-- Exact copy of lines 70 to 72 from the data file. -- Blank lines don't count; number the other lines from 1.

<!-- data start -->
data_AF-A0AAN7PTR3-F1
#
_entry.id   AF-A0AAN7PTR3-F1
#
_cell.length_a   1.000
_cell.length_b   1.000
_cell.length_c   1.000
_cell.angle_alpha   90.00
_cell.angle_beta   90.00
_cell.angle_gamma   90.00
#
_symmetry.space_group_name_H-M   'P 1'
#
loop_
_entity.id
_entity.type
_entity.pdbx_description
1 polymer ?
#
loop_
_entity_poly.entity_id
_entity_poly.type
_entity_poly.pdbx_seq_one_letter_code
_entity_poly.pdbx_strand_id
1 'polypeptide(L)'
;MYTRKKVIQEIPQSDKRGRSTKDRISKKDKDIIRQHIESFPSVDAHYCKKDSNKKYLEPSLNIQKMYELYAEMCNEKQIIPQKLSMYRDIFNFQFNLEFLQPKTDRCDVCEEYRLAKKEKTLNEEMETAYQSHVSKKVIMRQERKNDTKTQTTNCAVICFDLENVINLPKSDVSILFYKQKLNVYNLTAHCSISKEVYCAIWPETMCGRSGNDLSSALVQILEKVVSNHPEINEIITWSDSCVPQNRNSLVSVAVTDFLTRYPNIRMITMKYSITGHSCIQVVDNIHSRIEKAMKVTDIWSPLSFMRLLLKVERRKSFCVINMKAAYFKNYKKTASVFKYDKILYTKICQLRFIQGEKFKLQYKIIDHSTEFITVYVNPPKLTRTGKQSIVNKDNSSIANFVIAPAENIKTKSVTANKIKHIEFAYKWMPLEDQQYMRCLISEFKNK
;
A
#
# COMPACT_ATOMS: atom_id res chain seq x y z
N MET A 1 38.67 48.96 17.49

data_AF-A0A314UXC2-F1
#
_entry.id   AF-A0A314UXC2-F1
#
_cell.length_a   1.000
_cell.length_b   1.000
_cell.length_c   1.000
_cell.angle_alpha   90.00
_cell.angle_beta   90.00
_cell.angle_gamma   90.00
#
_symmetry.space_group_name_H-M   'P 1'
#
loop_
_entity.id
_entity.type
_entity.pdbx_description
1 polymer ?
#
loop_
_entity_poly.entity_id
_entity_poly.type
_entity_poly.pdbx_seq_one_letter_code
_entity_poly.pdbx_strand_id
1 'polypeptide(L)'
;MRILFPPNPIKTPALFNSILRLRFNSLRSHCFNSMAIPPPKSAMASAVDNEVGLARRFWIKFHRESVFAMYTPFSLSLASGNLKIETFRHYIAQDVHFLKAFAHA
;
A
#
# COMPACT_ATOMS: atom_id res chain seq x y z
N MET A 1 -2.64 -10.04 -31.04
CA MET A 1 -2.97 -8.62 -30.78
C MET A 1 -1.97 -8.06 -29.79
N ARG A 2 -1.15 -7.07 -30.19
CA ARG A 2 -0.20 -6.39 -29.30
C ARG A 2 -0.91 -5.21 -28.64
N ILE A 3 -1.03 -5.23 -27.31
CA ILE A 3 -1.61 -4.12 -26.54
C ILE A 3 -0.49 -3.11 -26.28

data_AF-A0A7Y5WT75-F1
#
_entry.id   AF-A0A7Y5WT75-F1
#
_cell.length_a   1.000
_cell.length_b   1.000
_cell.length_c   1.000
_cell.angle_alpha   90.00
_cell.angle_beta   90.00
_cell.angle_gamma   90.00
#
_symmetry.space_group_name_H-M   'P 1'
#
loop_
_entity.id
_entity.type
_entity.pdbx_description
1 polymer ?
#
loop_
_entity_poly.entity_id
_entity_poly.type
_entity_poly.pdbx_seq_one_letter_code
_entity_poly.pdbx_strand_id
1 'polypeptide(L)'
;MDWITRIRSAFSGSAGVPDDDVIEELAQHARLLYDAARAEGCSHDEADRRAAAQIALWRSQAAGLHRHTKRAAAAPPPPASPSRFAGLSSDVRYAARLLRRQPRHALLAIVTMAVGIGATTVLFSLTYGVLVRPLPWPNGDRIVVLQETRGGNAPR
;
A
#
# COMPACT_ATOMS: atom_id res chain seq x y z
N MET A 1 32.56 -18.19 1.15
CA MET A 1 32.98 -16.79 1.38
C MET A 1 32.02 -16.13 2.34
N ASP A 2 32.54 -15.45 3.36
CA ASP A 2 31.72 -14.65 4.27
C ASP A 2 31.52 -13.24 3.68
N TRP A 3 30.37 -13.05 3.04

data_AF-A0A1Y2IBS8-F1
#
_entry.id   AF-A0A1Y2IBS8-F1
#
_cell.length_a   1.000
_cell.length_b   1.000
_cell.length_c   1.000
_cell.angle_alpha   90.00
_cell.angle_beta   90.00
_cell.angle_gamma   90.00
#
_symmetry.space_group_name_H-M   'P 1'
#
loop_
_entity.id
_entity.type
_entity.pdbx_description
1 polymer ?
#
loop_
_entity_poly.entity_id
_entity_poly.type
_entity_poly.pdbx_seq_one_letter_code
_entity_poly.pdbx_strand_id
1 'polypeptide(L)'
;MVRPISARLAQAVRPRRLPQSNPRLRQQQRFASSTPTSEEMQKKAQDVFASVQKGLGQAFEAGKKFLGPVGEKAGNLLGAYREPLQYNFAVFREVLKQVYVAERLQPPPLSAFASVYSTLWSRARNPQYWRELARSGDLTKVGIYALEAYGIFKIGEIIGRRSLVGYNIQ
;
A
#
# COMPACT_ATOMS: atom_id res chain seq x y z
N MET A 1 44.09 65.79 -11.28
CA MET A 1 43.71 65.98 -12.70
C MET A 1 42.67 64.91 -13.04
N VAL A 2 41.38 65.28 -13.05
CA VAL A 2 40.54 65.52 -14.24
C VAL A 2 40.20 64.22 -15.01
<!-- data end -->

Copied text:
C ILE A 3 -0.49 -3.11 -26.28

data_AF-A0A7Y5WT75-F1
#